I must be honest and say I can recall incidents in my life which, when I reflect on them now, were likely to cause disappointment to others. Not things I planned, possibly immaturity or thoughtlessness on my part may have had a role to play.
However, we can only ever fully place our hope in the Lord himself, his message will not mislead us nor will our confidence in him be misplaced! He is the one who can give us that eirene peace – shared about this month by Dr Robert McQuillan (Eirene Peace) – and who is able to heal body and soul.
Reflection on a Disappointed Expectation (Verse 20)
This reads like a condemnation – ‘The harvest is finished, and the summer is gone… yet we are not saved.’
These are among some of the most well-known words in scripture and they are included in Jeremiah’s weeping for the people to whom he has been bringing God’s word and he goes on speaking through to chapter 9:4 to recall their disobedience, that ‘they all take advantage of one another and spread their slanderous lies, they all fool and defraud each other, no one tells the truth.’
I believe this is another challenge for believers and especially those in church leadership today. We may not agree on various doctrinal/theological issues; our music tastes may differ; our ideas about how our fellowships should be conducted may vary; all these are incidental.
It was Mother Teresa who said, ‘It’s not about how much you do but how much love you put into what you do that counts. Life isn’t worth living unless lived for other people.’
To take another brief line of thought, as believers we are living with the expectation of the Lord’s return… Our hope in the certainty of that event should not be disappointed by our views as to ‘when’ it may happen because its ‘timing’ is not within our knowledge. We are to keep on labouring in the kingdom.
Reflection on a Reckoning of the Harvest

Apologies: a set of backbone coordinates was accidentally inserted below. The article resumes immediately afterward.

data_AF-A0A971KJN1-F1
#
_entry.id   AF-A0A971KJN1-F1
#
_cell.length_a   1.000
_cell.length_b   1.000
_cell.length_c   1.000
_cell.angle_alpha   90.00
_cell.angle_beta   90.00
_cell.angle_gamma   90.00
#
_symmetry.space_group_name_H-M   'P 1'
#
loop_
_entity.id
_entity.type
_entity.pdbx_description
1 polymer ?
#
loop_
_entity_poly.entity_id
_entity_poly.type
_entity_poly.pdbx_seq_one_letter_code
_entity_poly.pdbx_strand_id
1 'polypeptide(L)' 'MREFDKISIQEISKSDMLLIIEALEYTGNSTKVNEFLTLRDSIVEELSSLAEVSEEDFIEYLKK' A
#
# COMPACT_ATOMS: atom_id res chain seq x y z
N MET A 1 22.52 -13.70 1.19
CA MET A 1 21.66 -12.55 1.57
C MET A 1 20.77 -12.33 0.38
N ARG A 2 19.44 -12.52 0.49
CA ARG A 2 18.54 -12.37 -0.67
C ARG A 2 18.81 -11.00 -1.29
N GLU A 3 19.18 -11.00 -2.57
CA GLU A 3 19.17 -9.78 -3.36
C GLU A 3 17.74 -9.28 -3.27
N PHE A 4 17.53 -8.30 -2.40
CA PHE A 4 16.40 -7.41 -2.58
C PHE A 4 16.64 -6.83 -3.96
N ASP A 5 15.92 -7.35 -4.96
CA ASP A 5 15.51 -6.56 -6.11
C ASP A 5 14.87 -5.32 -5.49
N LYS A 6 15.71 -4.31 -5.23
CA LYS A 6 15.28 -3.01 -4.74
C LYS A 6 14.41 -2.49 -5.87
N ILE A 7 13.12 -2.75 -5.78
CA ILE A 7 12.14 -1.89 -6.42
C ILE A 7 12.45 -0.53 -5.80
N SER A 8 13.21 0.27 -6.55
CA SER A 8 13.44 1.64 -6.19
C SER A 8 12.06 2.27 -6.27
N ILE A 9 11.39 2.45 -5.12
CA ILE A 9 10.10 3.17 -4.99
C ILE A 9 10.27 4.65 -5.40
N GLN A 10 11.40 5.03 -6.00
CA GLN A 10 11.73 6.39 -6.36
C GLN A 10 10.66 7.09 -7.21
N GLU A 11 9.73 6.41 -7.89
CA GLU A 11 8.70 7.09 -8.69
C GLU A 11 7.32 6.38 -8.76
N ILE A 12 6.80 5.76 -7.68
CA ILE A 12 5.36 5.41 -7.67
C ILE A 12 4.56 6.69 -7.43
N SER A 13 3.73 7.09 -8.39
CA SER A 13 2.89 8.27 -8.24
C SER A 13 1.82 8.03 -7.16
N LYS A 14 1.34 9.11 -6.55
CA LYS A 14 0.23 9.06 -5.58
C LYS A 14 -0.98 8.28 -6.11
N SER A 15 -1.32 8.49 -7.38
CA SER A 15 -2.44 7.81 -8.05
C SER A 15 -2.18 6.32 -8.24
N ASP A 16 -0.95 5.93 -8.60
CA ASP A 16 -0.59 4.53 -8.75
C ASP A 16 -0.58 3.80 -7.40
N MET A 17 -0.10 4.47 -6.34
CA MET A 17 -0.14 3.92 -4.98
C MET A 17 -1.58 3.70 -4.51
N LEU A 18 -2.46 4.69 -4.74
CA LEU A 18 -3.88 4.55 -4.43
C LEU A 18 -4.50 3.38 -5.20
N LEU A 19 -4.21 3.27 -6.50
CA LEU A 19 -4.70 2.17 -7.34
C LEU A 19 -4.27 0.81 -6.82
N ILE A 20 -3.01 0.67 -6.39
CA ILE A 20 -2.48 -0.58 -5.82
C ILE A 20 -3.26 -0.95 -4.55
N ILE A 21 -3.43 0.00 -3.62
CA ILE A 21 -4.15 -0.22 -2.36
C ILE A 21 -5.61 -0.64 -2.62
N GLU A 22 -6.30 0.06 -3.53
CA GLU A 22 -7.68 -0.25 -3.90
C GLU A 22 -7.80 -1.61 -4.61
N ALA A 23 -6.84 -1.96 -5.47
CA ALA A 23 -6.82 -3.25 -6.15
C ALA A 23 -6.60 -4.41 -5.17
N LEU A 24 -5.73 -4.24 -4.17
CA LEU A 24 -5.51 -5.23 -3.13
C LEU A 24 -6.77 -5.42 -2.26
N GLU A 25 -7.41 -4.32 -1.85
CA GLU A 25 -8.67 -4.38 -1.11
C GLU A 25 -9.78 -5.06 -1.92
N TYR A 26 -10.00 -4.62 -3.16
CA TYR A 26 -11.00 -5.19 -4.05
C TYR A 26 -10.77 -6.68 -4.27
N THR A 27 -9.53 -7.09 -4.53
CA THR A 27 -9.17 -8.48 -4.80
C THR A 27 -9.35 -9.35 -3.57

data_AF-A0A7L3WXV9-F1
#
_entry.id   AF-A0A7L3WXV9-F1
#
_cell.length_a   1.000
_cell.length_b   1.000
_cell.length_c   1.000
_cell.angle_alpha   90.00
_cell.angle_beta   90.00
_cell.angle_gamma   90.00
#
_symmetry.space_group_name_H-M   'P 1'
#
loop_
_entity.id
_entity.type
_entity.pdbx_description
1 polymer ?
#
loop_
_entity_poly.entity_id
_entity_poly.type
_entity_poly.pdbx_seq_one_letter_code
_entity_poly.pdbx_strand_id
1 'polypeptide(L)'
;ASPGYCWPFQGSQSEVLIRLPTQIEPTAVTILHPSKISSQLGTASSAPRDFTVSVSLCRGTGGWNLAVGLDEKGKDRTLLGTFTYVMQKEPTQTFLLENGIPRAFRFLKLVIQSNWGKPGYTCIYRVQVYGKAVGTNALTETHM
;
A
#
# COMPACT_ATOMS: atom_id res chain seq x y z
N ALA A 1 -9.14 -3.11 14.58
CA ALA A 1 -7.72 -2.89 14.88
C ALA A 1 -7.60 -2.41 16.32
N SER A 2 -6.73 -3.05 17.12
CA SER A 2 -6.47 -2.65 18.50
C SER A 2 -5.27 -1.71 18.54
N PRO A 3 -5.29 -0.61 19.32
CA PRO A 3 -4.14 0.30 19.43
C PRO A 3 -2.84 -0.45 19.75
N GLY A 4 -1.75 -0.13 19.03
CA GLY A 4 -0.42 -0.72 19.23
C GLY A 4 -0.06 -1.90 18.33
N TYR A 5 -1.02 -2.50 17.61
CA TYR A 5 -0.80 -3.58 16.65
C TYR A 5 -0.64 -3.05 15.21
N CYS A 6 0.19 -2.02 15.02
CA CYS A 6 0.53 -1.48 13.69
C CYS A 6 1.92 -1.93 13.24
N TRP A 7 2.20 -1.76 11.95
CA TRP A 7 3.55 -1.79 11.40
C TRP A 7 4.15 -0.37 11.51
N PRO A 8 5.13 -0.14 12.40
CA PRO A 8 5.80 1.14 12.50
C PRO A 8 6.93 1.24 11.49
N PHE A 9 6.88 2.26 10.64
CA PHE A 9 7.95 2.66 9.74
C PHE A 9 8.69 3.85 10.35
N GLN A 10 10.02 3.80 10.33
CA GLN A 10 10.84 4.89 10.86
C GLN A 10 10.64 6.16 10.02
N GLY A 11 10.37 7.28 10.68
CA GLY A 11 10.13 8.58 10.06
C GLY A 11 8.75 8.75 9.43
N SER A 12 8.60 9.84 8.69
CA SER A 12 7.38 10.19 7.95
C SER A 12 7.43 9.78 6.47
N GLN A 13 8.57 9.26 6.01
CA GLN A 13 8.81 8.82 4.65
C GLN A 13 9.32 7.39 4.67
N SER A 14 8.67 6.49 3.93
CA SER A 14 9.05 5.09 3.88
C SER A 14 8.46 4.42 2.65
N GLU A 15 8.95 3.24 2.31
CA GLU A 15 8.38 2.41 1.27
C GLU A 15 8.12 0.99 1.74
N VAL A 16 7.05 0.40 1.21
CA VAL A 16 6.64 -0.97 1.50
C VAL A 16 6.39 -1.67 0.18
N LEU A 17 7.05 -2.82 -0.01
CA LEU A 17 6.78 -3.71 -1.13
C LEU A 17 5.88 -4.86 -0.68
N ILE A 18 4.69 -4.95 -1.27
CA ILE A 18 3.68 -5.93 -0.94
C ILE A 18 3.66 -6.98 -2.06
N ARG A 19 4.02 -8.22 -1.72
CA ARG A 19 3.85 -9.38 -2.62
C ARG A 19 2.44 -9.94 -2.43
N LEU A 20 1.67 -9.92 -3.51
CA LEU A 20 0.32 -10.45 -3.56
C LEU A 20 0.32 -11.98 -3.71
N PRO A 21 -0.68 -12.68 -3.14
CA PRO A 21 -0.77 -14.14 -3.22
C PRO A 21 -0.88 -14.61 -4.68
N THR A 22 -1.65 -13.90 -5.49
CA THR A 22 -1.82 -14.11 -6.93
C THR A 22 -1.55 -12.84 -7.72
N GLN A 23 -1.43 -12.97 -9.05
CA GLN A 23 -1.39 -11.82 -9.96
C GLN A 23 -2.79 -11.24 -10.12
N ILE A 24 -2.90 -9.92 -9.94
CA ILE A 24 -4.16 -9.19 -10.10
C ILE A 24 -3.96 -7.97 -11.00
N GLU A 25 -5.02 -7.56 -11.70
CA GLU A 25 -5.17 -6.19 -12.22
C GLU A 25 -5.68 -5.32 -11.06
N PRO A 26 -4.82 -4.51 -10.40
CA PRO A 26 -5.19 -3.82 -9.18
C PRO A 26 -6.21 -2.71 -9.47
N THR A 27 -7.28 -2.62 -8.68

When seed is sown, the sower expects to reap a harvest, whether as I mentioned earlier, it is the harvest of creation or of salvation. It is the reaping which reckons the measure of the harvest.
Let me share the words of a song (sung by various gospel artists):
‘When the harvest has been gathered and all my work is done,
When the last mile is travelled and I’ve sung my final song,
If I’m called to give an answer at Heaven’s judgment seat,
Then let the blood of Jesus, speak for me.
May it write me down as righteous where no righteousness has been,
Shielding me from wrath and judgment as it covers all my sin,
There’s no work that I’ve accomplished nor my goodness I would plead,
Just let the blood of Calv’ry speak for me.’
One day every believer will be called to ‘reckon’ before the Lord of the harvest for how we have laboured in the harvest field. We associate work with activity yet for those who are physically unable to ‘work’ in the usual sense of the word, there is still a work of prayer, of giving, of encouragement. While our work of whatever nature may be rewarded, I believe what is usually called our eternal security, is not based on our works, but on the righteousness of the Lord Jesus.
The prophet Habakkuk , in those well-known verses we find in chapter 3, speaks about a failed harvest (for some parts of our world, a failed harvest still brings a harsh reality) ‘the fig trees have no blossoms … no grapes on the vine … olive crop fails … fields lie empty and barren… ’. Yet in this situation Habakkuk sees scope for encouragement as he says, ‘yet I will rejoice in the Lord, I will be joyful in the God of my salvation.’
In the continuing uncertainty and instability of these days – and perhaps for many more to come – wherever you are, whatever may be touching your life, let us all be encouraged and seek to encourage others because the Lord of the harvest is still the same, his nature is unchanging, and we too can rejoice in him – now that is worthy of reflection.
Brian Bell is a diaconate member, Christ Church (Congregational) Abbots Cross, Northern Ireland, and a volunteer with Disabled Christians Fellowship Ireland. He describes himself as ‘grateful for the privilege and opportunity given me to serve my Lord.’